PGA
To
ADC
AIN6
AIN7
Burnout Current Source
(0.5mA, 2mA, 10mA)
AVSS
Figure 51. Analog Input Multiplexer Circuit
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ESD diodes protect the ADC inputs. To prevent these diodes from turning on, make sure the voltages on the
analog input pins do not drop below AVSS by more than 100 mV, and do not exceed AVDD by more than 100
mV, as shown in Equation 2. The same caution is true if the inputs are configured to be GPIOs.
AVSS – 100 mV < V(AINX) < AVDD + 100 mV
(2)
9.3.2 Low-Noise PGA
The ADS1246, ADS1247, and ADS1248 feature a low-drift, low-noise, high input impedance programmable gain
amplifier (PGA). The PGA can be set to gains of 1, 2, 4, 8, 16, 32, 64, or 128 by register SYS0. Figure 52 shows
a simplified diagram of the PGA.
The PGA consists of two chopper-stabilized amplifiers (A1 and A2) and a resistor feedback network that sets the
gain of the PGA. The PGA input is equipped with an electromagnetic interference (EMI) filter, as shown in
Figure 52. Note that as with any PGA, ensure that the input voltage stays within the specified common-mode
input range. The common-mode input voltage (VCM) must be within the range shown in Equation 3.
§
¨¨ AVSS
©
0.1 V
VIN MAX ˜ Gain
2
§
·
¸¸ d VCM d ¨¨ AVDD
©
¹
0.1 V
VIN MAX ˜ Gain
2
·
¸¸
¹
(3)
454
+
AINP
A1
7.5 pF
RF
7.5 pF
R
C
RG
ADC
R
RF
7.5 pF
A2
454
+
AINN
7.5 pF
Figure 52. Simplified Diagram of the PGA
Gain is changed inside the device using a variable resistor, RG. The differential full-scale input voltage range
(FSR) of the PGA is defined by the gain setting and the reference voltage used, as shown in Equation 4.
FSR = ±VREF / Gain
(4)
Table 7 shows the corresponding full-scale input ranges when using the internal 2.048-V reference.
Table 7. PGA Full-Scale Range
26
PGA GAIN SETTING
FSR
1
±2.048 V
2
±1.024 V
4
±0.512 V
8
±0.256 V
16
±0.128 V
32
±0.064 V
64
±0.032 V
128
±0.016 V
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9.3.2.1 PGA Common-Mode Voltage Requirements
To stay within the linear operating range of the PGA, the input signals must meet certain requirements that are
discussed in this section.
The outputs of both amplifiers (A1 and A2) in Figure 52 can not swing closer to the supplies (AVSS and AVDD)
than 100 mV. If the outputs OUTP and OUTN are driven to within 100 mV of the supply rails, the amplifiers
saturate and consequently become nonlinear. To prevent this nonlinear operating condition, the output voltages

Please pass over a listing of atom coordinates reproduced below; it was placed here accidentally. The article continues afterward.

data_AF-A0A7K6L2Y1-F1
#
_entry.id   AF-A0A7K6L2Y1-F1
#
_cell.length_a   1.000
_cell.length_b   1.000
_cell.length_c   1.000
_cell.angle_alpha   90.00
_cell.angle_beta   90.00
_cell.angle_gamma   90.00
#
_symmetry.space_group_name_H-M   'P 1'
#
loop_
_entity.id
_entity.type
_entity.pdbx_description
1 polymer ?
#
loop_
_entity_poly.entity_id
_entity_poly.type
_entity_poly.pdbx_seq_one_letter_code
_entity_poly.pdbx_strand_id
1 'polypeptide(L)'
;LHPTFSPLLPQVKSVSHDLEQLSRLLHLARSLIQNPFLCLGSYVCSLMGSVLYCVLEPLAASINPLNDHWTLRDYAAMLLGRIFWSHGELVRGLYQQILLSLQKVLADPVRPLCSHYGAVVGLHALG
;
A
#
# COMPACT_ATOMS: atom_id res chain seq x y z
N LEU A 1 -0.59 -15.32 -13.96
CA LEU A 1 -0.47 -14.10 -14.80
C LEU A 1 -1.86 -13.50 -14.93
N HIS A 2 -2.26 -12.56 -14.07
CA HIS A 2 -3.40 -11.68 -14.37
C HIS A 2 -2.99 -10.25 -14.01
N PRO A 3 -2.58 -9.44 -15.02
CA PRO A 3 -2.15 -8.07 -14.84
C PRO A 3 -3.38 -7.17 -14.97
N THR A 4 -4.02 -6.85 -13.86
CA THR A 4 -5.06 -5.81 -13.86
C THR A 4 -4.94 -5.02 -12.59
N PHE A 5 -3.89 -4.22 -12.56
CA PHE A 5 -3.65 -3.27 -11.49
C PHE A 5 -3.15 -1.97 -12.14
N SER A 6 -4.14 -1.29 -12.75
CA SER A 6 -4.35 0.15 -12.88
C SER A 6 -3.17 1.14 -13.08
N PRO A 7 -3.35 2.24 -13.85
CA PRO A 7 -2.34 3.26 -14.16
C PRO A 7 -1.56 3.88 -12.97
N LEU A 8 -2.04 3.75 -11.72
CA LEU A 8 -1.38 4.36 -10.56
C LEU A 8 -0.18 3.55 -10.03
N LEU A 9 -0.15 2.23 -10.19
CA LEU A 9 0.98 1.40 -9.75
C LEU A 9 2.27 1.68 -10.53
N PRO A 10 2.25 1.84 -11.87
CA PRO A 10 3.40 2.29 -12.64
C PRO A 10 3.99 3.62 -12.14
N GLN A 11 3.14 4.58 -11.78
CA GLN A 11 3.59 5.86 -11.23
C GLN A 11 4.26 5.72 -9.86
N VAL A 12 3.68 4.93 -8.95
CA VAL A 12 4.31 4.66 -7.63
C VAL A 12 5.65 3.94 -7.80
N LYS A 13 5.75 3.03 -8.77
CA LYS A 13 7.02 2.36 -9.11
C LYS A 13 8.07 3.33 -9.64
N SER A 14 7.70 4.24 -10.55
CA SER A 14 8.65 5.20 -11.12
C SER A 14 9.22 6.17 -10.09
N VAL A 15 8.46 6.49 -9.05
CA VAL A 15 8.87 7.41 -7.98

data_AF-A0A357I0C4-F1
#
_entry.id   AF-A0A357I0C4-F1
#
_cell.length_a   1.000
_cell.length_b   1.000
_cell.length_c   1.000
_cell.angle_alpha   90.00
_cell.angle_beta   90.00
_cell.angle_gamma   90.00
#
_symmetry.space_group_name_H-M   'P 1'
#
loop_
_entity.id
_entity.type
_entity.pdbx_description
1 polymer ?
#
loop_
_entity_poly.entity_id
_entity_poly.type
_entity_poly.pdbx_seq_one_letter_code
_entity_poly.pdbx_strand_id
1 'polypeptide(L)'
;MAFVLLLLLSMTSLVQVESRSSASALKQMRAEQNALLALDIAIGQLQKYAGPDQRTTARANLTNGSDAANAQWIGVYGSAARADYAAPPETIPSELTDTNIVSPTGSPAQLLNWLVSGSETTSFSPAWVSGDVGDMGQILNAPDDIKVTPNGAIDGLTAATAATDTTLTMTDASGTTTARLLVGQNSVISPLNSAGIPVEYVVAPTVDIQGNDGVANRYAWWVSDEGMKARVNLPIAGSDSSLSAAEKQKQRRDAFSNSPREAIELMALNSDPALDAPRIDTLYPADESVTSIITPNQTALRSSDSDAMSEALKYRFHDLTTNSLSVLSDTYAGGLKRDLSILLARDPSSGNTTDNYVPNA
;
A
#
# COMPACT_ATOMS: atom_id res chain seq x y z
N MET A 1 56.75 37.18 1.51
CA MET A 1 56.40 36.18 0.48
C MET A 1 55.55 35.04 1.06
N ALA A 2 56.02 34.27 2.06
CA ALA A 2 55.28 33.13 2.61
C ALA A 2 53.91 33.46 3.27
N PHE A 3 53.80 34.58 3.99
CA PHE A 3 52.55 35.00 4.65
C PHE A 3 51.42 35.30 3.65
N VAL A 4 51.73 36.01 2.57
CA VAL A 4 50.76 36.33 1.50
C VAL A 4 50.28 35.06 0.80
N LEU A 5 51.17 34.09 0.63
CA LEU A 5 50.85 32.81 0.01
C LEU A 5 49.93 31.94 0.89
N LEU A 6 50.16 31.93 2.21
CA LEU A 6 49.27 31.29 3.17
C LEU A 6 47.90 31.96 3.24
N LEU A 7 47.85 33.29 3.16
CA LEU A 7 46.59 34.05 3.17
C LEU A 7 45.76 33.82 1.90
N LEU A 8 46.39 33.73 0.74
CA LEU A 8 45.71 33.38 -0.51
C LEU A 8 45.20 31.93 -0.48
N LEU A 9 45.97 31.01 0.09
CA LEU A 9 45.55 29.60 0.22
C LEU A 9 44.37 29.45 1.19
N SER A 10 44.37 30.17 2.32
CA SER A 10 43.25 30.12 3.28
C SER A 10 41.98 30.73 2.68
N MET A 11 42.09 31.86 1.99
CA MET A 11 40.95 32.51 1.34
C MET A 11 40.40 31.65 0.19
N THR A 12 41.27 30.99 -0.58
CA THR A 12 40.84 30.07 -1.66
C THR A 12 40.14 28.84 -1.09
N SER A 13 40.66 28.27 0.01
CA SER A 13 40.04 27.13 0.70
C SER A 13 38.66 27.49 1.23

must meet Equation 5.
AVSS + 0.1 V ≤ V(OUTN), V(OUTP) ≤ AVDD – 0.1 V
(5)
Translating the requirements of Equation 5 into requirements referred to the PGA inputs (AINP and AINN) is
beneficial because there is no direct access to the outputs of the PGA. The PGA employs a symmetrical design;
therefore, the common-mode voltage at the output of the PGA can be assumed to be the same as the commonmode voltage of the input signal, as shown in Figure 53.
AINP
+
A1
½ V IN
RF
OUTP
½ Gain·V IN
RG
VCM = ½ (V (AINP) + V(AINN))
½ Gain·V IN
RF
OUTN
½ V IN
A2
AINN
+
Figure 53. PGA Common-Mode Voltage
The common-mode voltage is calculated using Equation 6.
VCM = ½ (V(AINP) + V(AINN)) = ½ (V(OUTP) + V(OUTN))
(6)
The voltages at the PGA inputs (AINP and AINN) can be expressed as Equation 7 and Equation 8.
V(AINP) = VCM + ½ VIN
V(AINN) = VCM – ½ VIN
(7)
(8)
The output voltages (V(OUTP) and V(OUTN)) can then be calculated as Equation 9 and Equation 10.
V(OUTP) = VCM + ½ Gain · VIN
V(OUTN) = VCM – ½ Gain · VIN
(9)
(10)
The requirements for the output voltages of amplifiers A1 and A2 (Equation 5) can now be translated into
requirements for the input common-mode voltage range using Equation 9 and Equation 10, which are given in
Equation 11 and Equation 12.
VCM (MIN) ≥ AVSS + 0.1 V + ½ Gain · VIN (MAX)
VCM (MAX) ≤ AVDD – 0.1 V – ½ Gain · VIN (MAX)
(11)
(12)
To calculate the minimum and maximum common-mode voltage limits, the maximum differential input voltage
(VIN (MAX)) that occurs in the application must be used. VIN (MAX) can be less than the maximum possible full-scale
value.
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9.3.2.2 PGA Common-Mode Voltage Calculation Example
The following paragraphs explain how to apply Equation 11 and Equation 12 to a hypothetical application. The
setup for this example is AVDD = 3.3 V, AVSS = 0 V, and gain = 16, using an external reference, VREF = 2.5 V.
The maximum possible differential input voltage VIN = (V(AINP) – V(AINN)) that can be applied is then limited to the
full-scale range of FSR = ±2.5 V / 16 = ±0.156 V. Consequently, Equation 11 and Equation 12 yield an allowed
VCM range of 1.35 V ≤ VCM ≤ 1.95 V.